Free Speech in Wartime

Like too many of his colleagues on the right, including President Trump it appears, the usually estimable Daniel Greenfield of has gone off the rails over the question of the censoring of rightwing voices on social media platforms like FaceBook, Google, and Twitter by their left-leaning owners.

One of Mr. Greenfield’s ideas is for the government to apply “public accommodation” law to such media, which would mean that FaceBook, et al. would be legally required to take all comers in the same way that the 1964 Civil Rights Act requires restaurants, hotels, and other so-called public accommodations to serve all comers regardless of race, religion, etc.

But the owner of a private business should no more be deprived of the right to decide whom to do business with than should a private homeowner be deprived of the right to decide whom to entertain in his home. When Americans conceded the principle that private property devoted to commercial use is thereby rendered “public,” they condemned America to a long, slow slide into socialism, which is precisely what we have experienced since 1964.

Trending: Chinese Buying Land In US Communities All Over America

Mr. Greenfield appears to consider property rights to be dispensable. But without private property, free speech could not exist. Remember when the federal government regulated the “public” radio waves via the “Fairness Doctrine”? It was only when Reagan abolished the doctrine and restored the rights of station owners to decide for themselves whom to serve that free political discourse on the radio exploded into being in the form of Rush Limbaugh and his progeny.

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The Democrats are dying to turn the feds loose on “hate speech.” Does anyone really believe that authorizing them to police social media as public accommodations (or as public utilities, another Greenfield idea) would promote free speech there? The only reason the internet and other new media ever grew into the marvelous forums of free speech that they did is that they have been privately owned and unregulated from the start.

Contrary to what Mr. Greenfield seems to believe, property rights are more fundamental than free speech. If the government owned all the land and all the buildings and all the machinery (or controlled them via regulation, which is the same thing), then free speech, or any other rights for that matter, would become a practical impossibility, as the histories of the Soviet Union, Red China, and North Korea so vividly attest.

We have the early 20th century Progressives to thank for the idea that free speech is indispensable but property rights are not. The heart of the Progressive agenda has always been the eradication of the constitutional protections that secure individuals’ rights of private property from government interference, thus to enable government experts more effectively to organize and direct citizens’ lives. Individual freedom of action becomes a nullity under such a conception.  “The democratic ideal of freedom is not the right of each individual to do as he pleases,” wrote John Dewey, the Progressive educator. “The basic freedom is freedom of mind and whatever degree of freedom of action and experience is necessary to produce freedom of intelligence.” (“Democracy and Educational Administration,” School and Society, 1937)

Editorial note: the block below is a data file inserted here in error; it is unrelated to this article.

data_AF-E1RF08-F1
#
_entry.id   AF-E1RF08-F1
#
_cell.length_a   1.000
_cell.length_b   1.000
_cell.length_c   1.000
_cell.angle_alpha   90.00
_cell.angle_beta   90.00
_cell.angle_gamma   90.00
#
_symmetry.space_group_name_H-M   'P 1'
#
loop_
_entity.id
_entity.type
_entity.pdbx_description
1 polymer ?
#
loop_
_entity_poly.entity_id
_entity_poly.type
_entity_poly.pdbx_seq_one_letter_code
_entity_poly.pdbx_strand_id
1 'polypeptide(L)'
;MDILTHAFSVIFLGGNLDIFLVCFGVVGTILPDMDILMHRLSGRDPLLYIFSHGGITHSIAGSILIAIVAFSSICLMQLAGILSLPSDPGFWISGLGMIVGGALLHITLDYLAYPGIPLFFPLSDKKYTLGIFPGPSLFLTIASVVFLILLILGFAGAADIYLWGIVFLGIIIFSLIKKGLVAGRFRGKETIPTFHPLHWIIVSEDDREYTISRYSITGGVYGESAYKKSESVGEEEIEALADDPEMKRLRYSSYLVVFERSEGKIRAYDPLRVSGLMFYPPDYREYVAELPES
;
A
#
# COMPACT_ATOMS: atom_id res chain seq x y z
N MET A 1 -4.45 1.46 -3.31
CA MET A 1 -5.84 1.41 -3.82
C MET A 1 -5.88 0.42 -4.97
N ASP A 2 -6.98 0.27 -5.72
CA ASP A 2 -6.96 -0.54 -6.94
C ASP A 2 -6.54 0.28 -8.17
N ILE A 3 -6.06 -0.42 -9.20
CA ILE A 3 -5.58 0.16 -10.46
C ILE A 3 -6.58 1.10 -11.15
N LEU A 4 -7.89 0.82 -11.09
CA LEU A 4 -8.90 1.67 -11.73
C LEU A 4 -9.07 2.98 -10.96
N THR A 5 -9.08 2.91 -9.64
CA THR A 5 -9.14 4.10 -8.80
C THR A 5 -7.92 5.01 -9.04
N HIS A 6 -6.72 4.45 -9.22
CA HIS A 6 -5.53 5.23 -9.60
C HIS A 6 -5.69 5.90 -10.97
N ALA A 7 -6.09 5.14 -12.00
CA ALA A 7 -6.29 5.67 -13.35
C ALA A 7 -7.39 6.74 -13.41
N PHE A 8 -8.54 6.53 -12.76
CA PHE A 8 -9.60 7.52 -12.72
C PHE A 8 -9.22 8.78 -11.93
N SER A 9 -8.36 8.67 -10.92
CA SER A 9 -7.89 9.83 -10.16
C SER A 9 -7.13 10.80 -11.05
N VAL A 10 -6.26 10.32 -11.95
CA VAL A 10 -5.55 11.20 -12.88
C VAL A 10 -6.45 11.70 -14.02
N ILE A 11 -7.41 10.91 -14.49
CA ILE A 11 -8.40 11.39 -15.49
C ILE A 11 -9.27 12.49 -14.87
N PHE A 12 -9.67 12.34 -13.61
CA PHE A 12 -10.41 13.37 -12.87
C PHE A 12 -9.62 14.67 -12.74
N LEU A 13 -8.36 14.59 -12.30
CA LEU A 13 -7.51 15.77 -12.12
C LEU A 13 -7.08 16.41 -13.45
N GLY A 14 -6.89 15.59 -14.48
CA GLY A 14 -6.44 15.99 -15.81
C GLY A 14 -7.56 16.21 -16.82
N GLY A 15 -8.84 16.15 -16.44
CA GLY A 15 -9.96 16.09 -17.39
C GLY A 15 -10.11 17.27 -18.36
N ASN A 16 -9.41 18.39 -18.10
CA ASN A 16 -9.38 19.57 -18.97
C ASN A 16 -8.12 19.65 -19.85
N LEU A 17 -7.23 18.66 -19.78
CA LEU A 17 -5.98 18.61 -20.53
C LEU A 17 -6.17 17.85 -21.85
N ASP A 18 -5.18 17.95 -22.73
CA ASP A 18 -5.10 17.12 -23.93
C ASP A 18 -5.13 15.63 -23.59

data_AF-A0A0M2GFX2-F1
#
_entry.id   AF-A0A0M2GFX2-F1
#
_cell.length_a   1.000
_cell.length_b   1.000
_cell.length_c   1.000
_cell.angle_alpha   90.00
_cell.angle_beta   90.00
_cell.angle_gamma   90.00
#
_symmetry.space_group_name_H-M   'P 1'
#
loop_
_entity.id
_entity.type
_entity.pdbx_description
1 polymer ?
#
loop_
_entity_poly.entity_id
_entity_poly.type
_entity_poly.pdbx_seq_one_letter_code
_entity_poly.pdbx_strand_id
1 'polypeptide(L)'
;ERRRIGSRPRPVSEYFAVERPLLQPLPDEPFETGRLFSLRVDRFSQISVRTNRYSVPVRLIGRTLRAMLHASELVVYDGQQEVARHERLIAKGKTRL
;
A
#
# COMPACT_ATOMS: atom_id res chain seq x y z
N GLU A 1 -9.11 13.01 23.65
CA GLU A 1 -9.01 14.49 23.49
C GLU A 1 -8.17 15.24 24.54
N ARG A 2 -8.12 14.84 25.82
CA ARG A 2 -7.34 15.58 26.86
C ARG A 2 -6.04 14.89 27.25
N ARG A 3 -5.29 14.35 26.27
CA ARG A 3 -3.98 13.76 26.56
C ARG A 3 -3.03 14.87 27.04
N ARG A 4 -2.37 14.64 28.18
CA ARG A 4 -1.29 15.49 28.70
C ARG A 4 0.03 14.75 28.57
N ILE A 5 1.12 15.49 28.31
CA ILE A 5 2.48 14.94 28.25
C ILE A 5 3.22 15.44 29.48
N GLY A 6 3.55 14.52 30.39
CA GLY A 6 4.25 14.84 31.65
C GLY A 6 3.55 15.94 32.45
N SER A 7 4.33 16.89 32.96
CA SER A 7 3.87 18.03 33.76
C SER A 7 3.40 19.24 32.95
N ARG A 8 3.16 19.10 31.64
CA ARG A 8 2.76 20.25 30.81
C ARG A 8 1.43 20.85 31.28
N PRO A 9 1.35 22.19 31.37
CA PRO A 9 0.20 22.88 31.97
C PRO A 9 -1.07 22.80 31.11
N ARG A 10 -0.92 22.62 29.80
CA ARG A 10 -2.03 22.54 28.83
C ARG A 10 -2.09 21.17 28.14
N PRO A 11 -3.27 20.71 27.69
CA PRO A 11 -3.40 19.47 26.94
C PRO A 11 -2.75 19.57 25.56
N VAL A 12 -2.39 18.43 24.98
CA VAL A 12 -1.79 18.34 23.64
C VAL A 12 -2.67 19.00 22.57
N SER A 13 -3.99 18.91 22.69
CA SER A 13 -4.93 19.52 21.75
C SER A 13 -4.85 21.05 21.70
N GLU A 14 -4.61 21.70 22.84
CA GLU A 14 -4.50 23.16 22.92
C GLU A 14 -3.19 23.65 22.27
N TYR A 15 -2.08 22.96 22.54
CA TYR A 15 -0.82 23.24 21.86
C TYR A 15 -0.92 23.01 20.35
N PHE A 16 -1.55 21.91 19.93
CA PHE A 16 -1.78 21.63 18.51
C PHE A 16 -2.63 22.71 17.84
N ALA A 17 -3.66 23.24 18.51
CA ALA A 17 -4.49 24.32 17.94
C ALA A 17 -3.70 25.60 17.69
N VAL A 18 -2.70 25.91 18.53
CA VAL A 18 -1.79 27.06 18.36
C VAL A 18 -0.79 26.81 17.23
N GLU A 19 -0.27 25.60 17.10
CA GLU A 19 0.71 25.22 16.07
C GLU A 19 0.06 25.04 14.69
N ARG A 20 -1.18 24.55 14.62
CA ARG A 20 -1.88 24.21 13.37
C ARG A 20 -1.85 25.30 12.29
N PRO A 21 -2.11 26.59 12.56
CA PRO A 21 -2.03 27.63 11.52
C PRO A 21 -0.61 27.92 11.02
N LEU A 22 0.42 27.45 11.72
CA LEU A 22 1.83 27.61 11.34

“Freedom of mind,” for Dewey, included such rights as freedom of speech and press. These freedoms must be secured, argued Dewey, so that individuals could participate intelligently in the process of choosing the political leaders who would run their lives.

Mr. Greenfield also floated the idea of breaking up the social media giants via the anti-trust statutes. But if the owner of a private company chooses to run it in a way with which we disagree, we are free to take our business elsewhere. If there is nowhere else to take our business, then we are free to start our own company and run it as we see fit. So long as there are no legally enforced restrictions on anyone’s going into competition with FaceBook, et al., then the charge that any of them enjoy a monopoly is untrue.

The decision by the social media giants to begin censoring right-wing opinion is certainly a serious and disturbing development in the cold civil war in which we are engaged. But it is just one more instance of the ongoing break-up of the American people into two opposed camps. That breakup is, in fact, a necessary one at present; the Left consider Donald Trump to be an illegitimate president because of his pro-America policies, and, as the on-going Kaepernick affair makes clear, they view the United States as constituted to be an illegitimate polity. We are quickly becoming two separate peoples.

The sooner the rest of us stop trying to find common ground with the Left and start opposing them as if our lives depended on it, the better our chances of preserving an America worth living in. We are likely to see much worse from them before this is over. We cannot afford to lose our heads every time they refuse to play by the old rules.

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